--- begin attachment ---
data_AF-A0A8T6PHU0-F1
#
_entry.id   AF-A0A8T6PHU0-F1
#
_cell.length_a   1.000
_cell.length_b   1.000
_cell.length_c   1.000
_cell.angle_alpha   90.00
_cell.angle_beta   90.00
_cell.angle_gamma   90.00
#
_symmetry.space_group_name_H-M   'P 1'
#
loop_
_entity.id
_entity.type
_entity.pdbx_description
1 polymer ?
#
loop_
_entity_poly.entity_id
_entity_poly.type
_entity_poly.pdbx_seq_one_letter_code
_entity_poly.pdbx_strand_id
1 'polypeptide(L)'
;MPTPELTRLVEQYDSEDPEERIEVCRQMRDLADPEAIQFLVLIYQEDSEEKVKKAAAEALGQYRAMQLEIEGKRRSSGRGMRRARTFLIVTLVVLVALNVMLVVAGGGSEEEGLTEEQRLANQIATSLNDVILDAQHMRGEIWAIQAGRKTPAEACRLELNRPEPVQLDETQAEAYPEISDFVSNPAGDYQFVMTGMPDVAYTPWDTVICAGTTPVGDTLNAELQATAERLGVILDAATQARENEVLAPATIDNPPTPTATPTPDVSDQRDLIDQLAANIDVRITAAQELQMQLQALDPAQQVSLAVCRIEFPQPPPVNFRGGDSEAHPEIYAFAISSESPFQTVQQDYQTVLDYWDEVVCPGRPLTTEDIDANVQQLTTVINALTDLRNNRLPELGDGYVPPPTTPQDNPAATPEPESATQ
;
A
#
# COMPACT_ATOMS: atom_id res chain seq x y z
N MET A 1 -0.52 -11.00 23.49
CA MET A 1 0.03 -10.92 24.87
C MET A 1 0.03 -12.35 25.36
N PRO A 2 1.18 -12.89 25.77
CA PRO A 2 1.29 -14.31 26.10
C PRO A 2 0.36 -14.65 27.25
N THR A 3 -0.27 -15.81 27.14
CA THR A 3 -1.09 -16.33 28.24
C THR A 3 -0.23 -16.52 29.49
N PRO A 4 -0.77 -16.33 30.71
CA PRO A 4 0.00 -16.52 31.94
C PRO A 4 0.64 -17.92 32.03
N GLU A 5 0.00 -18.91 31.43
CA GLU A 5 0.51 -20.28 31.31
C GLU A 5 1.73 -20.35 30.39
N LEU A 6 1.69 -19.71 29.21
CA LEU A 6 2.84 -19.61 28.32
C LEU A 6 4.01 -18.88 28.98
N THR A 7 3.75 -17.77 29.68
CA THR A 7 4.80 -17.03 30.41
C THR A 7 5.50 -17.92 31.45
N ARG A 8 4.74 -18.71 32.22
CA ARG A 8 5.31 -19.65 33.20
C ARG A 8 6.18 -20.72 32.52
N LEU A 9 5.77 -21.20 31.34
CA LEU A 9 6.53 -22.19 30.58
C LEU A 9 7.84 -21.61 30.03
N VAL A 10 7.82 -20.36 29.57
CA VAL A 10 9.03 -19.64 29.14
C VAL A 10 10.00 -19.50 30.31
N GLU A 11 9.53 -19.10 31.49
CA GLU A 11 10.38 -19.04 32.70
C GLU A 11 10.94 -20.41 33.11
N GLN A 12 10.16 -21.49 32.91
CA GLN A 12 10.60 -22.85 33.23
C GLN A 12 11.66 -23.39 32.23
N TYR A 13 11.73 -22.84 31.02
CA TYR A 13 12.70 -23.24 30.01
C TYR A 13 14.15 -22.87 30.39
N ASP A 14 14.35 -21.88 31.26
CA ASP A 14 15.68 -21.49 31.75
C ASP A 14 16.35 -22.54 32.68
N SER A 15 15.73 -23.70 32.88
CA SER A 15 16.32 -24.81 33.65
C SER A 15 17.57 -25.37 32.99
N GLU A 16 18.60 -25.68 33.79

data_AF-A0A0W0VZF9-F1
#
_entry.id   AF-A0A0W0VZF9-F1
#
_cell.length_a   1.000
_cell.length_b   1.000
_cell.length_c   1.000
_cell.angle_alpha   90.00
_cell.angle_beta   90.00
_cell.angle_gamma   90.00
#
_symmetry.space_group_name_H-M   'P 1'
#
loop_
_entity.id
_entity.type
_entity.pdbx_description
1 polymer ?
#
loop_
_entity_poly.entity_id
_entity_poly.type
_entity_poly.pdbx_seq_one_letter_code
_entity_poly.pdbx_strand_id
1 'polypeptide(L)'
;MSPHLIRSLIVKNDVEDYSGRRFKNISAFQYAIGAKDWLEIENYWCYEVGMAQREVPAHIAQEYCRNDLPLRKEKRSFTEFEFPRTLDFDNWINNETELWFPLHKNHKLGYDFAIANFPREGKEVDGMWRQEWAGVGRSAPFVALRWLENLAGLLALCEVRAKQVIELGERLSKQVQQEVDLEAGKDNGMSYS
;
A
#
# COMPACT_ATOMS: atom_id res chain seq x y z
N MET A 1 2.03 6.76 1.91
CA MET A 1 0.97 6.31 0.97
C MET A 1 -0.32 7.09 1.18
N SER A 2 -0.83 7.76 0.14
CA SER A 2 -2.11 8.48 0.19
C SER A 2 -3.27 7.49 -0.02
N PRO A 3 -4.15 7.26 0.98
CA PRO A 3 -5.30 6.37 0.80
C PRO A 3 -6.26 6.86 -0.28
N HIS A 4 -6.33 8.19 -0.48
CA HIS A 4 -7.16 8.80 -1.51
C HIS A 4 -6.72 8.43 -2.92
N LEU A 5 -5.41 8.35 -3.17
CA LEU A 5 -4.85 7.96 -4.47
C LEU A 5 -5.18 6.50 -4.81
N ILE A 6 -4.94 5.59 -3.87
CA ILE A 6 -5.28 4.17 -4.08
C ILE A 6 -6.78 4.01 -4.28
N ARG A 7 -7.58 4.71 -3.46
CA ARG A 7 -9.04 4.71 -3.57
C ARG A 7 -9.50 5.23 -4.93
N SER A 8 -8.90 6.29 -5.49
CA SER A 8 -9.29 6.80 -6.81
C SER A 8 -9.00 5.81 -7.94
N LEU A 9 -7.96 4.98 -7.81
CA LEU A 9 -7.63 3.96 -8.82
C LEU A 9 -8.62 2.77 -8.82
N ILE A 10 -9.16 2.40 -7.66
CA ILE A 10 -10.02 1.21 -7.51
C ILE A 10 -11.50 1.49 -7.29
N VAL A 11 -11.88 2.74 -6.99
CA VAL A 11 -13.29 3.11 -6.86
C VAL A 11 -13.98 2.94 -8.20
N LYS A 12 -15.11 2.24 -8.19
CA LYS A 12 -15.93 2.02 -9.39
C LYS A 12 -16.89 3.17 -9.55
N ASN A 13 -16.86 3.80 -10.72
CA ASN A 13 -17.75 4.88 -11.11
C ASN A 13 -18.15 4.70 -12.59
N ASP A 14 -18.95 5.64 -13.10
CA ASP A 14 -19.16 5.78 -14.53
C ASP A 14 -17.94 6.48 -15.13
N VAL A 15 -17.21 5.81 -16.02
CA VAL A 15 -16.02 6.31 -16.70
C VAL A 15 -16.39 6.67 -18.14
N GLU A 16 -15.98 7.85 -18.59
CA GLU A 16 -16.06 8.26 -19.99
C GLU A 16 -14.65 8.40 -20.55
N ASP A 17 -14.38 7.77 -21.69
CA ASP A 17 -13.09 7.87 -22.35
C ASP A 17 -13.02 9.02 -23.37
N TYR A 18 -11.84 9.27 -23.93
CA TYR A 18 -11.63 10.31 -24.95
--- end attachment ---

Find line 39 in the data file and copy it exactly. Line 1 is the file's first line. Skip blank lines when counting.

C THR A 3 -0.23 -16.52 29.49